The latest move is a $3.2 million fund for housing and services for people with substance use disorder
By Jason Langendorf
The New York State Office of Addiction Services and Supports (OASAS) will devote $3.2 million in funding for supportive housing and services for people with substance use disorder (SUD). It’s the latest forward-thinking action by the state to curb addiction.
OASAS announced last week that it would commit funding to the Transitional Safety Unit initiative, a two-year pilot program that will provide rental subsidies for short-term transitional housing for individuals with SUD who are leaving OASAS residential treatment or correctional facilities and can’t otherwise secure permanent housing.
“OASAS is committed to safe and supportive housing for all those in need across New York state, and we will continue to work to provide New Yorkers with the assistance necessary to succeed in remaining healthy.”—Chinazo Cunningham, New York State Office of Addiction Services and Supports
“A safe place to live is one of the most important factors to staying healthy, especially for people with a history of addiction,” said OASAS commissioner Chinazo Cunningham. “But it is an unfortunate reality that many people impacted by addiction face difficulties in securing housing that supports their health. OASAS is committed to safe and supportive housing for all those in need across New York state, and we will continue to work to provide New Yorkers with the assistance necessary to succeed in remaining healthy.”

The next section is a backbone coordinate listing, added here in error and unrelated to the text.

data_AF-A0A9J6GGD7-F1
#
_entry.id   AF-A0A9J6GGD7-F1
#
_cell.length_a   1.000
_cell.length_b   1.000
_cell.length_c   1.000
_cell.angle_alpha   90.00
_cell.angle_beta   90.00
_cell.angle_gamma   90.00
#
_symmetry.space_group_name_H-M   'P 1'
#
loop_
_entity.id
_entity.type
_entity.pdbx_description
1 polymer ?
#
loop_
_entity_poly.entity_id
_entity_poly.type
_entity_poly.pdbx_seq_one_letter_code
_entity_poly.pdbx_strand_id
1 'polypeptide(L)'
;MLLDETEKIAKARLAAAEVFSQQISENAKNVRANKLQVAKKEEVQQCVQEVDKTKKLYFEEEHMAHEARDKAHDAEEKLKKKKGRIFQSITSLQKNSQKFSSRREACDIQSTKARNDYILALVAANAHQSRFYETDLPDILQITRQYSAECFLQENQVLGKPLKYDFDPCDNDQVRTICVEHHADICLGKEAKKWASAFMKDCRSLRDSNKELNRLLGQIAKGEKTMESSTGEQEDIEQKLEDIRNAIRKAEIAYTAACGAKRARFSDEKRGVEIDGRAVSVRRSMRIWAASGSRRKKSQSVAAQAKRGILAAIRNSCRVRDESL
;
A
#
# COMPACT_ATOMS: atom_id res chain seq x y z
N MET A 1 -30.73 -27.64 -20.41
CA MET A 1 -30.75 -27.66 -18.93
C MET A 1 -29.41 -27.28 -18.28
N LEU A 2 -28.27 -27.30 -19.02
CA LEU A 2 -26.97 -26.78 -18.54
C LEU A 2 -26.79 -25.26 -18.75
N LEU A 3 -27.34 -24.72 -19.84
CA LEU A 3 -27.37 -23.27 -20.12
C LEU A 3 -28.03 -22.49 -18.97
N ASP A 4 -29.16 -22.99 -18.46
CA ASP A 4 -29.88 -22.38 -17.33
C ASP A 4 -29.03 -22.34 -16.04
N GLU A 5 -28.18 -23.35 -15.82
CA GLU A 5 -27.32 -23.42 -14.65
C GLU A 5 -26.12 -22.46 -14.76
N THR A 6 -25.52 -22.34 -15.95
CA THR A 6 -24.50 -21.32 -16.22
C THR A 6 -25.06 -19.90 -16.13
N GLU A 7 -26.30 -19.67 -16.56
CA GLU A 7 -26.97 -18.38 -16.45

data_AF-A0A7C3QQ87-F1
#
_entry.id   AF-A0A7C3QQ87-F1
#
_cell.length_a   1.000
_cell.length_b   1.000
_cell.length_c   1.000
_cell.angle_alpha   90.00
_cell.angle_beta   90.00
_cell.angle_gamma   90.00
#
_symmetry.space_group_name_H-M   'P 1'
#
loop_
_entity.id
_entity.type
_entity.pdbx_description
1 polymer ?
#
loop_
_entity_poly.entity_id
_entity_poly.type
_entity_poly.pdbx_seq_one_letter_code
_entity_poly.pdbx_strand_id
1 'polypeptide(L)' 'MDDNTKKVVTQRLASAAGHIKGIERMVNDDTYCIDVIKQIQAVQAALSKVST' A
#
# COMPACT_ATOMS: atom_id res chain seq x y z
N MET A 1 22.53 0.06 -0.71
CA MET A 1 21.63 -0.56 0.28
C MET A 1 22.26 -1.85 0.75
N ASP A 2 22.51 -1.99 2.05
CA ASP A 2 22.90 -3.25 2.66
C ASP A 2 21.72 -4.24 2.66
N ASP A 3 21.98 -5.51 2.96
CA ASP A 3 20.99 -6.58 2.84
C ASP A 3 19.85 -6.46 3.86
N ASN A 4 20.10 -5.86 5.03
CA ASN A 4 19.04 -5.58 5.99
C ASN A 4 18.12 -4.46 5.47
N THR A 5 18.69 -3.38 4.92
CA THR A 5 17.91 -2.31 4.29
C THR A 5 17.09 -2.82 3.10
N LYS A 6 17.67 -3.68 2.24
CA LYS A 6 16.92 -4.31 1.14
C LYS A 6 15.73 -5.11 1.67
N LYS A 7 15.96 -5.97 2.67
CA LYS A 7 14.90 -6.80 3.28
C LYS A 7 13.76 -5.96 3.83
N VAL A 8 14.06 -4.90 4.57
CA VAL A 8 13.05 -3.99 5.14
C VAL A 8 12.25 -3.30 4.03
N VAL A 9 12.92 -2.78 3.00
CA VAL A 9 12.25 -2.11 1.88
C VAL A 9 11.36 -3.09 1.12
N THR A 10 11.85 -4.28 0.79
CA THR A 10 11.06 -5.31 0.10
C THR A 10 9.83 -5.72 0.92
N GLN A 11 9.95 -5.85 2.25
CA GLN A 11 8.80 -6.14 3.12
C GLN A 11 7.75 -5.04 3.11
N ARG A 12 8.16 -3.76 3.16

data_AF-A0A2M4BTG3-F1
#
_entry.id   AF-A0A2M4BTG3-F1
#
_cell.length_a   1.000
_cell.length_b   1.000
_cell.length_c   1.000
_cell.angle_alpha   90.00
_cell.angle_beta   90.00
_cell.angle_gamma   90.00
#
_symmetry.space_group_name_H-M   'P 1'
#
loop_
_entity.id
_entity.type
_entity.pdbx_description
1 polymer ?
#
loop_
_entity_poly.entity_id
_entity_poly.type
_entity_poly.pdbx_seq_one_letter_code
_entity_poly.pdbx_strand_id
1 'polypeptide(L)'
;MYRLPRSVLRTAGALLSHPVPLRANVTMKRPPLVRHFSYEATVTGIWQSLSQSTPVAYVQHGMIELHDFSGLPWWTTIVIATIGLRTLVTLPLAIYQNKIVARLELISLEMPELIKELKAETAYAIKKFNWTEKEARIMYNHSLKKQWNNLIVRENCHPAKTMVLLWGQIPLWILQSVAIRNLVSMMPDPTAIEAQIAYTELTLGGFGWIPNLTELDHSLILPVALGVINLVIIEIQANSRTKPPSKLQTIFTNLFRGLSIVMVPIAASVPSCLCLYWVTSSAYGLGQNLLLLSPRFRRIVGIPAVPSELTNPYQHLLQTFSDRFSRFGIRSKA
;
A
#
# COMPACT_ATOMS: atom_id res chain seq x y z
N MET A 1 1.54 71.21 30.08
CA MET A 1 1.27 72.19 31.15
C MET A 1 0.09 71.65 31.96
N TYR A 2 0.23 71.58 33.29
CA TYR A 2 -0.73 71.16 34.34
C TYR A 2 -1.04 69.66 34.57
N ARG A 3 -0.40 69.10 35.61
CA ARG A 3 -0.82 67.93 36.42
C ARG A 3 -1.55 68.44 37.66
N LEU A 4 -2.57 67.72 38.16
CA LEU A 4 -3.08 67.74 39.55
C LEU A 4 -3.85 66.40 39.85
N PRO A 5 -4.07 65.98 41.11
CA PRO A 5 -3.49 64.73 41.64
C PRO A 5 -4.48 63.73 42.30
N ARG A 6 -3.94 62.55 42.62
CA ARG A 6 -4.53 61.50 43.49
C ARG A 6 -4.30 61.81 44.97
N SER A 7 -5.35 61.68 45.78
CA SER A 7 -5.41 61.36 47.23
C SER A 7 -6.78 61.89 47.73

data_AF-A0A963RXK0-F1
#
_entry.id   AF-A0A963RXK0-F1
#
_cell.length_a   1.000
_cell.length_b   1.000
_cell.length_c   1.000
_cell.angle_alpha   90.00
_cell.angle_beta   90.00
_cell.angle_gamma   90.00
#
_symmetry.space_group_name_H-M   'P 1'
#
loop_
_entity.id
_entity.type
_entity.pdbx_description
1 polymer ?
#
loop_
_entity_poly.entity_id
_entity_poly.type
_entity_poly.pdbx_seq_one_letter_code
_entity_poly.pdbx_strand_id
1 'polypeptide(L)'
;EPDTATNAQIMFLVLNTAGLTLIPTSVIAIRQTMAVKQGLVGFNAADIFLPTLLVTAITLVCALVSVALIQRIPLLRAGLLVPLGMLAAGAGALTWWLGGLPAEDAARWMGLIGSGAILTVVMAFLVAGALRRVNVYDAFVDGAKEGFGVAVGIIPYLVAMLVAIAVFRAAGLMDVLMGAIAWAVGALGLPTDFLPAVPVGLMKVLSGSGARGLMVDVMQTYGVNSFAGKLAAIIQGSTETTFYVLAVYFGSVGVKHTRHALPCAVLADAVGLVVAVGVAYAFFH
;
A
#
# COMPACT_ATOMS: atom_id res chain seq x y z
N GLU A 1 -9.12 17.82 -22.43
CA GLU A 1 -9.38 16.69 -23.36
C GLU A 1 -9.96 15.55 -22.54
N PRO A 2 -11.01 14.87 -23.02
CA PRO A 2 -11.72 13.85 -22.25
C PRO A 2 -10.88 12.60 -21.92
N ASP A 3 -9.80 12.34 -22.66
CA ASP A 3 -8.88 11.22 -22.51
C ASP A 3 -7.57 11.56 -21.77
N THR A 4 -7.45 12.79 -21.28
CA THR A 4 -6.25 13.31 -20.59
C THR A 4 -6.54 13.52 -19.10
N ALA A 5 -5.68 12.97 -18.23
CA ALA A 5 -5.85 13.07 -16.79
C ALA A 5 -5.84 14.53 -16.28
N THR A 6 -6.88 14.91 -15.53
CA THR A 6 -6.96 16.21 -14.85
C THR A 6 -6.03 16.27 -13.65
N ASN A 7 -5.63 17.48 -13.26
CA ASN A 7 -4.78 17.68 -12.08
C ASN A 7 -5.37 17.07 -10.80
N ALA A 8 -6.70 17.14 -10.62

The Need for Housing Services
Research shows that a lack of housing, and even the threat of being separated from stable housing, can create circumstances that make people with SUD less likely to discontinue or reduce their drug use. People with SUD who have been recently released from prison may be at even greater risk. One study found that people formerly incarcerated were almost 10 times more likely to become homeless than the general population, while another found that recently incarcerated people are more than 40 times more likely to die from an opioid overdose.
“The lack of safe housing is an obstacle to sustainable recovery for residents dealing with substance use disorder, whose transition back into daily life can be difficult enough as it is,” said New York state senator Pete Harckham. “The rental subsidies OASAS will make available to treatment housing providers will assist residents with their transition and save lives statewide.”
The Transitional Safety Unit initiative will provide rental subsidies for a studio or one-bedroom apartment to those interested in participating in the program. Funded by the Substance Abuse Prevention and Treatment (SAPT) Block Grant, as part of the American Rescue Plan Act (ARPA), the initiative makes up to $1.44 million available in the program’s first year, with $1.8 million made available in its second year.
Funding covers only rental subsidies, but, according to OASAS, “providers will still be expected to deliver standard supportive housing services, such as case management, to tenants.”
New York’s Recent Addiction Programs
New York, which barely more than a decade ago had some of the more punitive drug laws in the country, has been reforming ineffective policy ever since, taking a position of leadership among states with its evidence-based addiction initiatives. Below is a list of programs New York has launched just in 2022 so far:
- Up to $1 million for establishing and supporting paid internships with OASAS-certified and -funded prevention providers
- Up to $1 million for providers to establish mobile medication-assisted treatment (MAT) units for treating people with SUD
- Up to $500,000 to test regional solutions that improve transportation services for people in need of SUD treatment and recovery services
- Up to $1.5 million to expand telehealth services for addiction treatment
- More than $100 million for behavioral health crisis stabilization centers
- Launched “Stick to the Game Plan,” a campaign designed to reduce problem gambling
- More than $3.8 million to expand evidence-based addiction prevention services
- Up to $4.5 million to improve addiction prevention efforts in high-need communities